Like all “messiahs,” Obama transcends geography. In a revealing moment, he used his speech in Germany to declare himself a “citizen of the world.” In his feigned humility, he places himself above mere head-of-state. His kingdom is larger than America. This gets reflected in his one rare legislative initiative that promises to redistribute the wealth of his people to the world in the form of the $800 billion Global Poverty Act.

The pathology of politician-cum-prophet is that it requires our surrender of rational judgment. Faith by its very blindness requires belief over analysis. In suspending judgment, we inevitably suspend our rights and freedoms. The false messiahs amass the judgmental power with the promise perpetual happiness. We need not struggle because there is a greater power that will care for us without the need of personal enlightenment, specific knowledge or even voluntary assent. We have the perceived benefit of a loving lord and master.

In the case of Obama, his appeal is a promised sovereignty over the kingdom of government, and the deliverance of its “blessings” to his people. He will use the collection plate at the great Capitol Cathedral to offer promises of healing for the ailing, comfort for the sorrowful, shelter for the homeless, food for the hungry and peace for the conflicted. He is a bit short on smiting evil, however.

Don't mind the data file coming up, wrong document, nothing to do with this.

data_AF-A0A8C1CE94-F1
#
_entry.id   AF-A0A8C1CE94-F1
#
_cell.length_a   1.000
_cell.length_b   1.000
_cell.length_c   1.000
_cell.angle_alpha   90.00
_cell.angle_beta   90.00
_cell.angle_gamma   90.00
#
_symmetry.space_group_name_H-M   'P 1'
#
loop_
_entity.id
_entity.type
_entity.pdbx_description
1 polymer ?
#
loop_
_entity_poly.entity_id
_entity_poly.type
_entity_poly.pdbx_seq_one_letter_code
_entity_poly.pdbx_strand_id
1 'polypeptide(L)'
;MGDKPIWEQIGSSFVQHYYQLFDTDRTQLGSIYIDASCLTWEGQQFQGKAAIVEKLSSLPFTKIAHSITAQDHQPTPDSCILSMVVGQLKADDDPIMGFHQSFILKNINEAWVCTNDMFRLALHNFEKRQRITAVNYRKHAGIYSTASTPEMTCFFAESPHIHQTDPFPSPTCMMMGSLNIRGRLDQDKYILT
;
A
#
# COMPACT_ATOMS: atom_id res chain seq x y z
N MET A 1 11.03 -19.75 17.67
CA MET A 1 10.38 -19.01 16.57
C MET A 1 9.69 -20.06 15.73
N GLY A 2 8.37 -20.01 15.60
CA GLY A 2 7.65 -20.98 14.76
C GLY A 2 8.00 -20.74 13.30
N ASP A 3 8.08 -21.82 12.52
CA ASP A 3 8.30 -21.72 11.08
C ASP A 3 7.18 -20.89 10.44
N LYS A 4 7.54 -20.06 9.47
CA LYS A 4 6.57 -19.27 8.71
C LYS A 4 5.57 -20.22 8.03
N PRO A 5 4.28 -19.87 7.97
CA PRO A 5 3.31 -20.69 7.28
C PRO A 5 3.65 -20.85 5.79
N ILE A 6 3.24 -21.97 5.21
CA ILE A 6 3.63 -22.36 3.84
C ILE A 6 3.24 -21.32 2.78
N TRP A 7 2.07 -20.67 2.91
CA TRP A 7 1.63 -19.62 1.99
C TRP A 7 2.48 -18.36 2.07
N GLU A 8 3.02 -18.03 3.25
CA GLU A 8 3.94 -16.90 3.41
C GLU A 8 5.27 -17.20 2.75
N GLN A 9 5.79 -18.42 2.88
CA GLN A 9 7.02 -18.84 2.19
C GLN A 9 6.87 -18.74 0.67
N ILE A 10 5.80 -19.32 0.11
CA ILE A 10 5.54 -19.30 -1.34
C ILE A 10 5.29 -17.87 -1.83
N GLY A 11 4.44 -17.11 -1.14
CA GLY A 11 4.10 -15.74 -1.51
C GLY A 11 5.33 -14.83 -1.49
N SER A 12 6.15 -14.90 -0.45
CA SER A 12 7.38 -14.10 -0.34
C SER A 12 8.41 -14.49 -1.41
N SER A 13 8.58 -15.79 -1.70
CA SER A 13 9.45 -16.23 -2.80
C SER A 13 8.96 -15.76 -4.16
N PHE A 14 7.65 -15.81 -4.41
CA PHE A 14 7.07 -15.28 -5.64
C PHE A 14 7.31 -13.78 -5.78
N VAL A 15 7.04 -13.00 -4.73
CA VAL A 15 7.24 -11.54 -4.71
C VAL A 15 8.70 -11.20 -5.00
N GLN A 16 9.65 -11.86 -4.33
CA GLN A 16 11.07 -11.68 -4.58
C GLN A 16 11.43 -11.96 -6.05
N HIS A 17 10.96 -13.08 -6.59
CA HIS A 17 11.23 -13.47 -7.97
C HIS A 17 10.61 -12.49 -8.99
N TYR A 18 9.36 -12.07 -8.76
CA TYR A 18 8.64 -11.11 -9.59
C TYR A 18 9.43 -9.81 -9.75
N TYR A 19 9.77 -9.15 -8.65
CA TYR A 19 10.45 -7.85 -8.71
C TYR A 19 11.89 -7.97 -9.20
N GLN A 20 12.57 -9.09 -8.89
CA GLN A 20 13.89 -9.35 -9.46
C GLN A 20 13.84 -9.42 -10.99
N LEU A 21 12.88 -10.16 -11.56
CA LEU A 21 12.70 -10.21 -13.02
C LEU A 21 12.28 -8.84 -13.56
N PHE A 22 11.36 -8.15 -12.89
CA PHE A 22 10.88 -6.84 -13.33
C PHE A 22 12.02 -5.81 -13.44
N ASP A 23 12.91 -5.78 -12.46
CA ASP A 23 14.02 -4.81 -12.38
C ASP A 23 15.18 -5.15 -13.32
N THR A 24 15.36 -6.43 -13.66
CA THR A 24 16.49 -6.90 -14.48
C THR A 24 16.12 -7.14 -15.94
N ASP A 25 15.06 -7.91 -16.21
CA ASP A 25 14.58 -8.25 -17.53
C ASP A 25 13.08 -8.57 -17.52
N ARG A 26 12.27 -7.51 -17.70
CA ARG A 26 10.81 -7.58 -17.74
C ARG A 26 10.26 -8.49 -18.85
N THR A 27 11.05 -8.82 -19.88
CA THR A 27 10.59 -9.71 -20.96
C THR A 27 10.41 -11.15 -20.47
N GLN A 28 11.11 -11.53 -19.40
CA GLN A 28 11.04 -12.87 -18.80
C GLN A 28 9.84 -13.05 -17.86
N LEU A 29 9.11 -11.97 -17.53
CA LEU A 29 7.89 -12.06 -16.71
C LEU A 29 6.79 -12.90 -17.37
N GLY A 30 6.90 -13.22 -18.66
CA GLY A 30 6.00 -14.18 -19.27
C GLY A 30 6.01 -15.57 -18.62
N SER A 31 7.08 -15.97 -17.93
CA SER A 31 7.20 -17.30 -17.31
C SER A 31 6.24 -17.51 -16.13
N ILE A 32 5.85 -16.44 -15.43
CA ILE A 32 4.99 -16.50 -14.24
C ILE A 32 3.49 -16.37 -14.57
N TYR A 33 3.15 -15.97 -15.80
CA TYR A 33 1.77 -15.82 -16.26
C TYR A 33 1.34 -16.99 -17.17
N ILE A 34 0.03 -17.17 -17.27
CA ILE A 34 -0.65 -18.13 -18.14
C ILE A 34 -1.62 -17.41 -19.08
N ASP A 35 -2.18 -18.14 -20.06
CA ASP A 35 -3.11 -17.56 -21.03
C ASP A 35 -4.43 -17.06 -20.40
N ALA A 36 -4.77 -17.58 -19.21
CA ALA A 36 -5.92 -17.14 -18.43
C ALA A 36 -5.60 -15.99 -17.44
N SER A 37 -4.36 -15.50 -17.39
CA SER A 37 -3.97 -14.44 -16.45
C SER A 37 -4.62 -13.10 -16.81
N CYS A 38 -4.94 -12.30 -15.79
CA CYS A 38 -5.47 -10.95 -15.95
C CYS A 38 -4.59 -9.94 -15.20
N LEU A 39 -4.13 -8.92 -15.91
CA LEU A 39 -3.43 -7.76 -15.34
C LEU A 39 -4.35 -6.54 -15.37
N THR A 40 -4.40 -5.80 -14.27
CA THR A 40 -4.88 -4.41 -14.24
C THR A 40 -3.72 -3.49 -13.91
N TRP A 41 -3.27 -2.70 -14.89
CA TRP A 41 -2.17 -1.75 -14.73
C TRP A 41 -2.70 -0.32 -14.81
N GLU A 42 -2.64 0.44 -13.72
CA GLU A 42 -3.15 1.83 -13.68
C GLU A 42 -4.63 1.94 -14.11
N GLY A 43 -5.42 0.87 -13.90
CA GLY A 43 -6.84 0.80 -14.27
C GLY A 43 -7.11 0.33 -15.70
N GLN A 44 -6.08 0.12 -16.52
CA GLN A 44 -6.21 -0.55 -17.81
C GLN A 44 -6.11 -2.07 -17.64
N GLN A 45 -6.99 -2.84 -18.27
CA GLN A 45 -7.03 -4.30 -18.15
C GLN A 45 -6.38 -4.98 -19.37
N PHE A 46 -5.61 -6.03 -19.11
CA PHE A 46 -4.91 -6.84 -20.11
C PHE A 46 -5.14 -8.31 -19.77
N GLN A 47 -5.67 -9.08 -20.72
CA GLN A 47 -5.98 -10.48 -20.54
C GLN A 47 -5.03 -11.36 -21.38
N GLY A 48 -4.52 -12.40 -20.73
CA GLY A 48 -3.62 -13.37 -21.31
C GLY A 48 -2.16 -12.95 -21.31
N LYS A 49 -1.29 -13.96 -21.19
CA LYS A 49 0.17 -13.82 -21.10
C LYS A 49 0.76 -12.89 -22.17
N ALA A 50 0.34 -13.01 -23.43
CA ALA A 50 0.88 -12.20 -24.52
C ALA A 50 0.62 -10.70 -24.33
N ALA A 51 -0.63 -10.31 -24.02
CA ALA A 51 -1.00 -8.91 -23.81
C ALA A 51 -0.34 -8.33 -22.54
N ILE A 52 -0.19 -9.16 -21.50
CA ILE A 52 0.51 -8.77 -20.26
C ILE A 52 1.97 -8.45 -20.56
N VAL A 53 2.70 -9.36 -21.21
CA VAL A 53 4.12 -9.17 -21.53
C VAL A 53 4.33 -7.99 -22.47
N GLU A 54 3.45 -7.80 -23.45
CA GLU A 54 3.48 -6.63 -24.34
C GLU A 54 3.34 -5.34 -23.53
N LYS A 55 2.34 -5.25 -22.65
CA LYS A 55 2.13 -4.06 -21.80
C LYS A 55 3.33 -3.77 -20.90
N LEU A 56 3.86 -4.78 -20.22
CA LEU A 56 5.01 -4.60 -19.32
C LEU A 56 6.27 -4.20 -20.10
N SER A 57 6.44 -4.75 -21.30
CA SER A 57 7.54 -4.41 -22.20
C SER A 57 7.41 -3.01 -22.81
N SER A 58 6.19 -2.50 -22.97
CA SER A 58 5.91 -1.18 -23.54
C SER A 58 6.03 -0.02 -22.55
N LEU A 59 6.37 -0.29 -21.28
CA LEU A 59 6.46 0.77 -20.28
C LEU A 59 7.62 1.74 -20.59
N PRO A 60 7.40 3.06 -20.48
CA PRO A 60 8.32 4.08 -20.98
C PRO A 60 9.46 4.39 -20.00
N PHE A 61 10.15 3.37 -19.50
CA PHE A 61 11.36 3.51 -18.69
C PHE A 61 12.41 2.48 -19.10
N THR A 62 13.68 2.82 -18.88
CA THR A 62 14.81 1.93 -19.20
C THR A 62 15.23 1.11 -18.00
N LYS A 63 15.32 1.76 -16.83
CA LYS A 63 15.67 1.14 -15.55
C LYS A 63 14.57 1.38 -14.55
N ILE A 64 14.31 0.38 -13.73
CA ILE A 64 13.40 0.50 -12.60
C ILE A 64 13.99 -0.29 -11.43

Strip away the theological lamb skin and the religions allusions, and you find nothing more than the sharp-fanged wolf of extreme liberalism. Though well beyond implimention, Obama hopes that his well articulated unaccountable promises will carry him into office.

The problem with messianic leaders is that you wind up living in their church, whether you like it or not. We lose even the freedom of religious choice. In politics, when fans become followers, and supporters become disciples … be afraid, be very afraid.